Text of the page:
Saddling a Horse | Free Guide
Saddling a Horse
In anything you do around horses, it’s always good to have a routine.
Get into the routine of saddling your horse correctly with Dennis Moreland in AQHA’s FREE Saddling a Horse ebook. Dennis is an AQHA member and tack expert who has been making quality work tack since 1976.
For new horse owners, getting into the routine of saddling your horse properly will put you ahead of the game. If you saddle your horse the same way every time, it will reduce the chances of forgetting a step. From where to place the saddle pad to stepping on, the Saddling a Horse ebook will ensure that your horse is saddled correctly for a safe ride.
In AQHA’s Saddling a Horse ebook, Dennis explains saddling your horse in 10 easy steps that will be hard for you to forget.
Ten Steps for Saddling Your Horse
- Put the saddle blanket or pad on the horse's back
- Setting up your saddle before putting it onto the horse
- Put the saddle on the horse's back
- Lift the saddle off of your horse's withers
- Release the cinches
- Fasten the front cinch
- Fasten the breast collar
- Fasten the flank cinch
- Tighten the front and flank cinch
- Do a final once-over
Horses can be sensitive to where saddles are placed along their back. The Saddling a Horse ebook will help you find the right spot for your saddle on your horse’s back. Dennis demonstrates where to stand while saddling, cinching and checking your saddle. He also explains where to put the saddle pad and saddle for the best possible fit for you horse.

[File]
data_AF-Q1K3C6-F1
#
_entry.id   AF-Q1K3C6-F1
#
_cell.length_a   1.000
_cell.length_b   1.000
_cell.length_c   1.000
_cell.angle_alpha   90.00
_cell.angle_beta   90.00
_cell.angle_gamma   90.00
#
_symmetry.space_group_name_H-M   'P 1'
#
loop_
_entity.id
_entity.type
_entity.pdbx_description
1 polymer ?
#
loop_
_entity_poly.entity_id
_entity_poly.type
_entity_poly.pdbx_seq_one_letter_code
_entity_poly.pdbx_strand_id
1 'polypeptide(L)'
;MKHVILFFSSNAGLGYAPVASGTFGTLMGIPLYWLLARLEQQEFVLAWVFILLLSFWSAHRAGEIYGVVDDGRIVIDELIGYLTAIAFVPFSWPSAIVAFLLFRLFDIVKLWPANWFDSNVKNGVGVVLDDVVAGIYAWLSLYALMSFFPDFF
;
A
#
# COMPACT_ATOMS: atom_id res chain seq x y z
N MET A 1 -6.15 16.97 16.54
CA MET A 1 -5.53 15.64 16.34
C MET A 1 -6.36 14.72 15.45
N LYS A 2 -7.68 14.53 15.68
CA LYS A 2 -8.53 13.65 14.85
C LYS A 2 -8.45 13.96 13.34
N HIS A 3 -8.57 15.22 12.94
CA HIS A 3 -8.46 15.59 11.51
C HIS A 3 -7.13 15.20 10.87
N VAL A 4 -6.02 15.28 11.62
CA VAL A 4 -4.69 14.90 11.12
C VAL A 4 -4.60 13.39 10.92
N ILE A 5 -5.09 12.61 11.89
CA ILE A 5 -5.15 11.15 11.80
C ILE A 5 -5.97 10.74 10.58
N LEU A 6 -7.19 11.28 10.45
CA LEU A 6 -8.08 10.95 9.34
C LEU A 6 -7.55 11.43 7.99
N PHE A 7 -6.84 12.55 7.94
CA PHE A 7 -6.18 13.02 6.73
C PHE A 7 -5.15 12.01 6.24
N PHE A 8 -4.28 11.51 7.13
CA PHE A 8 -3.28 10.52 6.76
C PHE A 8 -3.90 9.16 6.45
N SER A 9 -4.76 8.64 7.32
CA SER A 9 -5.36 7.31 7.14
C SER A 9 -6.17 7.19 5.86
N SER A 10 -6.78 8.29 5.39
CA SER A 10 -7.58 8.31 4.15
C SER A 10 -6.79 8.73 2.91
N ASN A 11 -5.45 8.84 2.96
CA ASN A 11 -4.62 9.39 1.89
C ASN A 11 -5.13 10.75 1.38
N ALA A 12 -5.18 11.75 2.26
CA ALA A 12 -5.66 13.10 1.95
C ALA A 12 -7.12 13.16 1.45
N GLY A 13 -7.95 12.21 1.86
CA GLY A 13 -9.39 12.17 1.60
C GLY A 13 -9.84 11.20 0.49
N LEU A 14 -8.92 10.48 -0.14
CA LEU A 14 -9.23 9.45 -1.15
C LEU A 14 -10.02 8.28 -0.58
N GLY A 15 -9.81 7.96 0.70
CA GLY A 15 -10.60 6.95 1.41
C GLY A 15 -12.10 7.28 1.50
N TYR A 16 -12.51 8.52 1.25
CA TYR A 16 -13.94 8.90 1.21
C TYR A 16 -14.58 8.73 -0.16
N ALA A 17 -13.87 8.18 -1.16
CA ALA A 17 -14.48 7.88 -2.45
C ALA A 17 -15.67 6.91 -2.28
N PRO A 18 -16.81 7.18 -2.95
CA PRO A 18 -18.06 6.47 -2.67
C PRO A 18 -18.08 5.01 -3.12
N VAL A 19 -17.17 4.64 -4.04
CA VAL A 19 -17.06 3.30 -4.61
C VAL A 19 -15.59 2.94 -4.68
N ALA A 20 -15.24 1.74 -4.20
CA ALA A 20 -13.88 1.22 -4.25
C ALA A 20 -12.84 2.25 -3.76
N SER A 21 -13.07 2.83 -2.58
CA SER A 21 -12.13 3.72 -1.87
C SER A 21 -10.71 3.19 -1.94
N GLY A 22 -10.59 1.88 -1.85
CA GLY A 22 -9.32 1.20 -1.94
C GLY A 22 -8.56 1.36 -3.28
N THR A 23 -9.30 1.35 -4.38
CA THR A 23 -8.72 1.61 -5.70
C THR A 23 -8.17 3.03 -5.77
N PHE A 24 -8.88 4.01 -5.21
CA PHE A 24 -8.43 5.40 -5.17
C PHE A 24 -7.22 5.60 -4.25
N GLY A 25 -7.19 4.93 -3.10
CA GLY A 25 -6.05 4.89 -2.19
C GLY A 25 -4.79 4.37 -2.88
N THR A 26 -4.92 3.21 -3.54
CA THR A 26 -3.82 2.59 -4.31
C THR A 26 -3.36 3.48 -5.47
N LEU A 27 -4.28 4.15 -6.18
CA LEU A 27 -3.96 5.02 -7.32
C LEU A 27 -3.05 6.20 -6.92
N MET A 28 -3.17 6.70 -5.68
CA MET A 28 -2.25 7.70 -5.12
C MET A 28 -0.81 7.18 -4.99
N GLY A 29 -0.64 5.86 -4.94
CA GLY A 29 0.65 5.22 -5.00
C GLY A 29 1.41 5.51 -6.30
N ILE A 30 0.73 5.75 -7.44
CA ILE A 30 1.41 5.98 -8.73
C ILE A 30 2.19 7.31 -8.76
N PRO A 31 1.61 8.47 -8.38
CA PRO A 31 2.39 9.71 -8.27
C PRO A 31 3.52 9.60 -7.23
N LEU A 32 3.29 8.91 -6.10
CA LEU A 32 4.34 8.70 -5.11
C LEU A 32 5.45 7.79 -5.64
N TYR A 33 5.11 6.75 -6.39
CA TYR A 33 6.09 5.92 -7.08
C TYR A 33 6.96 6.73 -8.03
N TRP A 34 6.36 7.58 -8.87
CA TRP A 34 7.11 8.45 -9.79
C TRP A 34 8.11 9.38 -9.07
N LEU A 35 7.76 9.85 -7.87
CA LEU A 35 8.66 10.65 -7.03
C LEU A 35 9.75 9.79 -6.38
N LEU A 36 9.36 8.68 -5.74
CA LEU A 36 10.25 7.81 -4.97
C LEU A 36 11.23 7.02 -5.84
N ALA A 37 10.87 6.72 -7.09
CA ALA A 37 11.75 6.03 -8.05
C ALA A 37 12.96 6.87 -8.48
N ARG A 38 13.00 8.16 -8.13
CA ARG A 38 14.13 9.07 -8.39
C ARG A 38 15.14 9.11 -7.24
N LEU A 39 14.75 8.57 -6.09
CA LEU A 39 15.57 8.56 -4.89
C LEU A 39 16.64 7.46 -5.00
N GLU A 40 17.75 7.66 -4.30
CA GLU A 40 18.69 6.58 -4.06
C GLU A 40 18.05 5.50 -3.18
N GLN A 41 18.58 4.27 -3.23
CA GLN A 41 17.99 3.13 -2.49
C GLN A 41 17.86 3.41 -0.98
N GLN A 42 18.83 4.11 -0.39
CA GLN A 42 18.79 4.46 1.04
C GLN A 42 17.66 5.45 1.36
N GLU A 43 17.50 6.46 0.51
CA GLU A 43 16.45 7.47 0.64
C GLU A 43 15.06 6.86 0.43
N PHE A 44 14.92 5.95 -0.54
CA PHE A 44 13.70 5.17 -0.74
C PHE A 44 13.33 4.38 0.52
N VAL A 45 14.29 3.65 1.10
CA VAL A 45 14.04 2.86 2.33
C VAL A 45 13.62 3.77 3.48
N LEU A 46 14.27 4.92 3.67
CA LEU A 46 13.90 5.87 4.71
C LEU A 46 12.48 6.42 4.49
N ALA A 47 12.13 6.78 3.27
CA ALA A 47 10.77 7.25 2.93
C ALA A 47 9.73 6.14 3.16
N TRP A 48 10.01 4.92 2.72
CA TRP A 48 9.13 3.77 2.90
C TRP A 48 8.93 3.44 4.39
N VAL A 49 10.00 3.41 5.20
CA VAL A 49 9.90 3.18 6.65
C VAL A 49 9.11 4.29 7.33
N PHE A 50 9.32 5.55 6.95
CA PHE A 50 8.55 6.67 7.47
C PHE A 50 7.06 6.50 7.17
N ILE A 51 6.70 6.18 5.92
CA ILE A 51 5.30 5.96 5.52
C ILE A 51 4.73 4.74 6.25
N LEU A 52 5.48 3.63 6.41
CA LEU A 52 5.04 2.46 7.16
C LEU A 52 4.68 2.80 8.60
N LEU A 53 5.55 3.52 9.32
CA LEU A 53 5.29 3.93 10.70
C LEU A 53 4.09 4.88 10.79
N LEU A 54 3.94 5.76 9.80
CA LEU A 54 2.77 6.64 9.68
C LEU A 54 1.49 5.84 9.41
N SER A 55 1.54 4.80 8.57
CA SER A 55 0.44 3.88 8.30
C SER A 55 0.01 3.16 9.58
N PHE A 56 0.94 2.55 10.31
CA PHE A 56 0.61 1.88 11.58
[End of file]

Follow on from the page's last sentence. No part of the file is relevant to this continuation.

Do I pull up or down?
Where do I fasten the breast collar?
How tight should I pull the cinch?
All of those questions are answered in AQHA’s Saddling a Horse ebook. Plus, Dennis explains the parts of the saddle and how to get your saddle prepared for your horse’s back. From latigos to dee rings, make sure you know the parts of your saddle for a secure ride.
Learn how to fasten your front cinch, back cinch and breast collar to prevent sores, while keeping you safely mounted.
At Dennis Moreland Tack, Dennis makes high-quality handmade tack, utilizing the best designs possible.